"It develops players and it's hopefully a way of doing things that can help grow the sport in this country."

"I won championships at Indiana, and so for me when I went to Akron it wasn’t going to just be good enough to win championships. I wanted to win in a way that would actually raise the bar and develop players, grow the sport and get other college coaches to follow our lead and see that you can win in college soccer with an attractive, attack-oriented approach."


“There will be a time when I go into the pros,” Porter said. “It’s just the timing wasn’t right. You get one chance to make that jump and I’m in a fortunate position where I don’t need to make that jump unless I feel like it’s the right place and the right time.

"Right now I really enjoy what I’m doing at Akron. It’s a great job and I’ve got a lot of people that appreciate what I do. I also feel like I’m an ambassador for college soccer, to help continue to groom and develop kids who aren’t quite ready to go to the pros.

“I’m not unrealistic to think that in the next four years college soccer is going to be exactly the same,” Porter said. “I think eventually things will change and when it gets to that point then maybe it’ll be time for me to change.”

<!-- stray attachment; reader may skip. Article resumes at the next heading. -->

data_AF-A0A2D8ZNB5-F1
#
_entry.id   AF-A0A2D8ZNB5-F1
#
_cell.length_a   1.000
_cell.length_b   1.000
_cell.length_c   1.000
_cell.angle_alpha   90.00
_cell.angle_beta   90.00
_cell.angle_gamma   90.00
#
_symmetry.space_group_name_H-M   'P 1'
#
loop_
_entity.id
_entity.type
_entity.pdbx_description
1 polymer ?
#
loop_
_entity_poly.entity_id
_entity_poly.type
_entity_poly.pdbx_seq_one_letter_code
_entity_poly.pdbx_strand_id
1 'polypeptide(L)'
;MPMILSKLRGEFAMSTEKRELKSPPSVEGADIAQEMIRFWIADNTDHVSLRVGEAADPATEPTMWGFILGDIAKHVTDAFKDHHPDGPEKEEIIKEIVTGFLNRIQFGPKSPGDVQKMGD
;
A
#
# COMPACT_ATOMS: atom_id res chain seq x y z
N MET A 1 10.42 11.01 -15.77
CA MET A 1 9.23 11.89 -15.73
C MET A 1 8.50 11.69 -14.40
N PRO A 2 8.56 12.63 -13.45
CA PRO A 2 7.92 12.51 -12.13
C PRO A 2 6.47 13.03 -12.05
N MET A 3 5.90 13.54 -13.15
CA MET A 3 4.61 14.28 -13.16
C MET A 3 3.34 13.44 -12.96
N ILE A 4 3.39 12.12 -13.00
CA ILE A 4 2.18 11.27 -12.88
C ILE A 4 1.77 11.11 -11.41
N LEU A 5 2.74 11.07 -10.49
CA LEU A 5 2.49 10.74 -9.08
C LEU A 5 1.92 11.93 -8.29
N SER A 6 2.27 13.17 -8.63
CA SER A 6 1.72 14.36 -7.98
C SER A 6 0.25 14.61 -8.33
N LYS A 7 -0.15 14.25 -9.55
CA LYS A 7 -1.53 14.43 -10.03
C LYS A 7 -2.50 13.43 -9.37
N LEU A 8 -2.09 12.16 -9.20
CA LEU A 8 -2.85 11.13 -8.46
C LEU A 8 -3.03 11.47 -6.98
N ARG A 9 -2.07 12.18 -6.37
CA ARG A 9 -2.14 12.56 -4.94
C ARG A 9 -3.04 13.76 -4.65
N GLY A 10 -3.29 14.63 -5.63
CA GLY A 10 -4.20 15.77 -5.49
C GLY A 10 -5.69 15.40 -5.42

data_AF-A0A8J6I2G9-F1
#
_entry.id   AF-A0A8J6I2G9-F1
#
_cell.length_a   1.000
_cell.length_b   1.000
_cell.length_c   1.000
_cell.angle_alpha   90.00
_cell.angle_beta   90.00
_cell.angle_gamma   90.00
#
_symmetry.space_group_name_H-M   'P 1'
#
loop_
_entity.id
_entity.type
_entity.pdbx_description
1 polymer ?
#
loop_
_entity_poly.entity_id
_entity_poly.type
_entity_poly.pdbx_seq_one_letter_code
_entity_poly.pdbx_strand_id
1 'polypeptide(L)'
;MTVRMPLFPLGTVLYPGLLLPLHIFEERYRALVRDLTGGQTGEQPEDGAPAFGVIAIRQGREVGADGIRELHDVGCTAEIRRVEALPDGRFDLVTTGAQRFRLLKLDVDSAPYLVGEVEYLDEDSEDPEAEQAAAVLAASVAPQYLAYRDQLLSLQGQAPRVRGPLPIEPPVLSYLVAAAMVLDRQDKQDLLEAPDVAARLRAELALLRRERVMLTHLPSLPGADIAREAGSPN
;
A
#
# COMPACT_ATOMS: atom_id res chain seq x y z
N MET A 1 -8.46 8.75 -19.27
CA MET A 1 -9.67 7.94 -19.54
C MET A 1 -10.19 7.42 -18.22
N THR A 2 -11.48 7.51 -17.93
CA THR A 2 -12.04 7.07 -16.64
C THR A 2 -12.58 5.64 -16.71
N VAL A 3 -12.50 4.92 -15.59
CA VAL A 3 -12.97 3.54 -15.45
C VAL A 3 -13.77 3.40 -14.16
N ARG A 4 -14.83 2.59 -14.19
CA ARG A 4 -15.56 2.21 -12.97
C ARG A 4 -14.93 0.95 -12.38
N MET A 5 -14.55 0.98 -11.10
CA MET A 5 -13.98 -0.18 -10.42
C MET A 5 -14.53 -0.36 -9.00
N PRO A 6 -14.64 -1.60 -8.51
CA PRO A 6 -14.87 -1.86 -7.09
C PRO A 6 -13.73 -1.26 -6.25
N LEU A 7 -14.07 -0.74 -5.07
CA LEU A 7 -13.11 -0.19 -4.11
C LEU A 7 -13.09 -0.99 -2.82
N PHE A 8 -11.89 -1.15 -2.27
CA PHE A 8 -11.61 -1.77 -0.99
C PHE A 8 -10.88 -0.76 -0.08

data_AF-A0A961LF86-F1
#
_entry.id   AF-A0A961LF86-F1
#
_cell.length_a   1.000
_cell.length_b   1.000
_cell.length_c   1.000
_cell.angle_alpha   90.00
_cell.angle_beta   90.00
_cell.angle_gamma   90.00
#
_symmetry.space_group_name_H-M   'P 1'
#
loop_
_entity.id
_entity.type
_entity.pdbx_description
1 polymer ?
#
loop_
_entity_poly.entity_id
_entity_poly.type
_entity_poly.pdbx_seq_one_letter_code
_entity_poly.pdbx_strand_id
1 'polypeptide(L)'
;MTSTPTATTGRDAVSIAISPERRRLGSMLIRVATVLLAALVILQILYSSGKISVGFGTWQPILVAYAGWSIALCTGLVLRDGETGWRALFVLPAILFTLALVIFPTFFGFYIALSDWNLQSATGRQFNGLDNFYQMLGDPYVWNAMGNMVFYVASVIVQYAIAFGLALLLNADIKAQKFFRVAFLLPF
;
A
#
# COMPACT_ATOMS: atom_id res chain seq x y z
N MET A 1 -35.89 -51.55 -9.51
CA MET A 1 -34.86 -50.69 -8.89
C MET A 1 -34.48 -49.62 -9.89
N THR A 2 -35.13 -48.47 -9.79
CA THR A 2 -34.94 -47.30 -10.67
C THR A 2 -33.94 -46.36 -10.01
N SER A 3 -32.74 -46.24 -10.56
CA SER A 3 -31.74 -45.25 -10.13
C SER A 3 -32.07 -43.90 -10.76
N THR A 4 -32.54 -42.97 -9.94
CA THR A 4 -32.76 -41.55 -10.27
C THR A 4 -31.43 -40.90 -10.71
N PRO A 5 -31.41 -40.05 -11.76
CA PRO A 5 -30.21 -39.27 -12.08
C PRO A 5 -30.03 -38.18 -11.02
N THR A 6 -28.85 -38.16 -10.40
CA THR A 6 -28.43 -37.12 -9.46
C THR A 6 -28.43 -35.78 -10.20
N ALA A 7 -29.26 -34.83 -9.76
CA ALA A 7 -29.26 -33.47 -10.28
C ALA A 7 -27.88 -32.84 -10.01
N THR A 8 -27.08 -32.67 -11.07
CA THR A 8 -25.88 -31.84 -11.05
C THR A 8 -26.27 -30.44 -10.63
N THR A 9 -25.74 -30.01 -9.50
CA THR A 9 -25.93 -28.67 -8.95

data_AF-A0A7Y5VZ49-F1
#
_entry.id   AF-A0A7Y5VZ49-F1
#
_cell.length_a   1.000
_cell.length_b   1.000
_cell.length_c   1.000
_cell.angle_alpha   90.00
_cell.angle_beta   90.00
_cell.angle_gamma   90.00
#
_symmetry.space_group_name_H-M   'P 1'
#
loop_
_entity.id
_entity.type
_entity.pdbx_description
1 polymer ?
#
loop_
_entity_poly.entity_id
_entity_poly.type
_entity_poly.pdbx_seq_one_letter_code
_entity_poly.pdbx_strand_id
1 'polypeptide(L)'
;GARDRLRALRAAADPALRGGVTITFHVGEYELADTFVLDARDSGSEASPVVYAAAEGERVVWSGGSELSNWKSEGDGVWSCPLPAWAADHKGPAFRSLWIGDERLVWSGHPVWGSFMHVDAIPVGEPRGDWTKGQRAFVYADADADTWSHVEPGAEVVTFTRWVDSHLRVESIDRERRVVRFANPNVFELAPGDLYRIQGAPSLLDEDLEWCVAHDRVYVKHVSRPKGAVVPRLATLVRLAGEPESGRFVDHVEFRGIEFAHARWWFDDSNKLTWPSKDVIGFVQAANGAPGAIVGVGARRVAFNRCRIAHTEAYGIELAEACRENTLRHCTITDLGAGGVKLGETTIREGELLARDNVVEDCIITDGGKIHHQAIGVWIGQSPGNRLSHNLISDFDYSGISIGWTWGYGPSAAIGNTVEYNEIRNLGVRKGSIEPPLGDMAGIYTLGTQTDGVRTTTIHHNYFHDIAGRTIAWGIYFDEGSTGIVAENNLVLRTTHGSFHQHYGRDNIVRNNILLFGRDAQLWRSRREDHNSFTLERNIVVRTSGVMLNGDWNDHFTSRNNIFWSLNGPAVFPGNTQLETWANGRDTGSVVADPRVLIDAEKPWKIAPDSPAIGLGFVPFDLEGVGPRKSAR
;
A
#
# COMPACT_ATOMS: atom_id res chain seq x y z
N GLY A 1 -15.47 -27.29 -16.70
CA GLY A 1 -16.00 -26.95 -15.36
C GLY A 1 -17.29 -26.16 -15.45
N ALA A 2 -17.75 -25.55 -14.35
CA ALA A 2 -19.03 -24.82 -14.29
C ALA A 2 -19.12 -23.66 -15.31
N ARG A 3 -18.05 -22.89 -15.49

"I understand why there's criticism, because of the rules, and to be honest with you a lot of the rules I don’t like. I feel like the game’s the game. It’s funny because I don’t even know some of the rules that allow you to sub because I don’t even sub. I try not to."

"I try to run my program in a way that’s as pure to the real game as possible. I think that’s a reason why a lot of our guys move on to the pros, because they’re prepared to be pros."


  1. “He firmly believes in using possession soccer and high-pressure defending to overwhelm opponents.”

    This will not sit well with Alexi Lalas a die-hard advocate of punt and chase.

  2. you do? Porter does? Or I do?

    I’m being serious, I was so sick of the countless subs that went on in college soccer. Not subbing unless necessary or tactically-based is the way to go.

  3. I agree. Like many others, I’d rate Williams higher than Sarkodie both offensively and, most importantly, defensively. Sarkodie is fast so he can keep up and recover on an opponents quick counter but he does’t provide much assurance standing up a crafty attacker. He dives and leaves his feet too often as seen in the last match. I assume coach hopes the teams offense will be their defense…but I just can’t forget Sarkodie shying away from the ball and, other than providing width, not wanting to help build possession up the right flank last match.

  4. anyone know how fast universal sports network will put the full replay up on its website? i can’t catch the game live but i was hoping to watch it later tonight.

  5. College and high school rules are absolutely dumb. They have differences between USSF but especially the substitution rules between the first and second half.

  6. “It’s funny because I don’t even know some of the rules that allow you to sub because I don’t even sub. I try not to.”

    Oh, how I wish my college coach had this mentality when I was playing…

  7. Is Sarkodie really that much better than Williams? From what I understand Sarkodie is mostly there for offense and doesn’t offer much in terms of defense.
    But Williams is a good defender first and is also fully capable of adding something to the attack as well.